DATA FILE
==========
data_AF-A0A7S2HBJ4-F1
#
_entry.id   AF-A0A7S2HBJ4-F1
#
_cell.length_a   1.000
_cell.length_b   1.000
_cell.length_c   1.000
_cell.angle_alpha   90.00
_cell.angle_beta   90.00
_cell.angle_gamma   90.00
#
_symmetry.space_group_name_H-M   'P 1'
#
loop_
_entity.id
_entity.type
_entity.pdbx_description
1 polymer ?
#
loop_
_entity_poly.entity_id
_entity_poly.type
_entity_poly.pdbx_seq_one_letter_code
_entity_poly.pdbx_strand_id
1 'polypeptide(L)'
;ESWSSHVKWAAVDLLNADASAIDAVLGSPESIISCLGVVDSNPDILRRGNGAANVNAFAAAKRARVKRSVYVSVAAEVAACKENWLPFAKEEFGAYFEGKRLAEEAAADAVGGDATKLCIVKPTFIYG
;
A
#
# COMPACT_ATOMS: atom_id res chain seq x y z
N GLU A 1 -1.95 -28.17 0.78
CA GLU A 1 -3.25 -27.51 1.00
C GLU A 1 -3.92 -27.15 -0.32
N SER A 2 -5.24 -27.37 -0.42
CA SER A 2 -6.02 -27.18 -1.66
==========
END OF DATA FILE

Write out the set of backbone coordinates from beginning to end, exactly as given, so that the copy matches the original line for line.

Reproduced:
data_AF-A0A7S2HBJ4-F1
#
_entry.id   AF-A0A7S2HBJ4-F1
#
_cell.length_a   1.000
_cell.length_b   1.000
_cell.length_c   1.000
_cell.angle_alpha   90.00
_cell.angle_beta   90.00
_cell.angle_gamma   90.00
#
_symmetry.space_group_name_H-M   'P 1'
#
loop_
_entity.id
_entity.type
_entity.pdbx_description
1 polymer ?
#
loop_
_entity_poly.entity_id
_entity_poly.type
_entity_poly.pdbx_seq_one_letter_code
_entity_poly.pdbx_strand_id
1 'polypeptide(L)'
;ESWSSHVKWAAVDLLNADASAIDAVLGSPESIISCLGVVDSNPDILRRGNGAANVNAFAAAKRARVKRSVYVSVAAEVAACKENWLPFAKEEFGAYFEGKRLAEEAAADAVGGDATKLCIVKPTFIYG
;
A
#
# COMPACT_ATOMS: atom_id res chain seq x y z
N GLU A 1 -1.95 -28.17 0.78
CA GLU A 1 -3.25 -27.51 1.00
C GLU A 1 -3.92 -27.15 -0.32
N SER A 2 -5.24 -27.37 -0.42
CA SER A 2 -6.02 -27.18 -1.66